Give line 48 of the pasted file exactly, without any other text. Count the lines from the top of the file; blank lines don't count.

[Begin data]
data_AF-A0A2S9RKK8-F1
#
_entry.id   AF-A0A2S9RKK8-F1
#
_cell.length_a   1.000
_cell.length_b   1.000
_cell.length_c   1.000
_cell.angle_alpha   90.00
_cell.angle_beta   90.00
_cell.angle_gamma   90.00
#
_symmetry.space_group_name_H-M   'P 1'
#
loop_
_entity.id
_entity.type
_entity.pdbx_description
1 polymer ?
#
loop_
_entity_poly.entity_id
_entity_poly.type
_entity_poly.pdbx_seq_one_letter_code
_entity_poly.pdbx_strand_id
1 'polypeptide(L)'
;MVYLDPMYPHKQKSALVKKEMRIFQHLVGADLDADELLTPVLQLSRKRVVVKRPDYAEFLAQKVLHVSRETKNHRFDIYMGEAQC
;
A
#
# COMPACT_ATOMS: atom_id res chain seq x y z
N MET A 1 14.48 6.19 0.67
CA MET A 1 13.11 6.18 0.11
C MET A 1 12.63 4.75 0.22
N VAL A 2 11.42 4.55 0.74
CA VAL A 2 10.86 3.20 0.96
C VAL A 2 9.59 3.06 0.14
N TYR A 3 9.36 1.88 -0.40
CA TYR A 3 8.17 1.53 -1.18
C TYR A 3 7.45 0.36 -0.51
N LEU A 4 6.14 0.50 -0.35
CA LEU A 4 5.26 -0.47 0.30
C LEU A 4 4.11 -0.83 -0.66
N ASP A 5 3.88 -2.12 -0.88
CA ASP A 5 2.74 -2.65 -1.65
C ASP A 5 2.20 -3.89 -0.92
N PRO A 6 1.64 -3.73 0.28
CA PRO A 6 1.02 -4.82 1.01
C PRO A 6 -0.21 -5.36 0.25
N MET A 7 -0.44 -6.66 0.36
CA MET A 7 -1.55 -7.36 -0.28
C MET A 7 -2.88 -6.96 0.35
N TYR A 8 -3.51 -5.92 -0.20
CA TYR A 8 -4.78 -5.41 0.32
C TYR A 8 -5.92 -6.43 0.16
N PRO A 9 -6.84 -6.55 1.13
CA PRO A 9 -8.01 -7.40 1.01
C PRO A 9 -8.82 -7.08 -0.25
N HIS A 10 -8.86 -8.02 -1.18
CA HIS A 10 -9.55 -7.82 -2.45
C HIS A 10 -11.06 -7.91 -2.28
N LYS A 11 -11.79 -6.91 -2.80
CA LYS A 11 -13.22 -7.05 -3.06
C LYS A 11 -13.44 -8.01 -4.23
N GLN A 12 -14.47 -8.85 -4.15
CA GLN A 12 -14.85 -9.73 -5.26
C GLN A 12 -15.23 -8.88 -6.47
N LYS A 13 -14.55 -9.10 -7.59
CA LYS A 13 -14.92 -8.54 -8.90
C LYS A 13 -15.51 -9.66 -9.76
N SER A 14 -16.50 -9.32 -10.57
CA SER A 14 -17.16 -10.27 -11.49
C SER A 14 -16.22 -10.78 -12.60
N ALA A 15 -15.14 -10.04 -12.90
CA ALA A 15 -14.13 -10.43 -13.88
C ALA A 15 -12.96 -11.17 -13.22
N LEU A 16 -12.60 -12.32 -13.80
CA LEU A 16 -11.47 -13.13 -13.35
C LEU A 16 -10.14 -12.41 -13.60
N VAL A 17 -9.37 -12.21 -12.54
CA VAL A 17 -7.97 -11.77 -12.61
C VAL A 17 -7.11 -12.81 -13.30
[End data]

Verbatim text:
C PRO A 6 -0.21 -5.36 0.25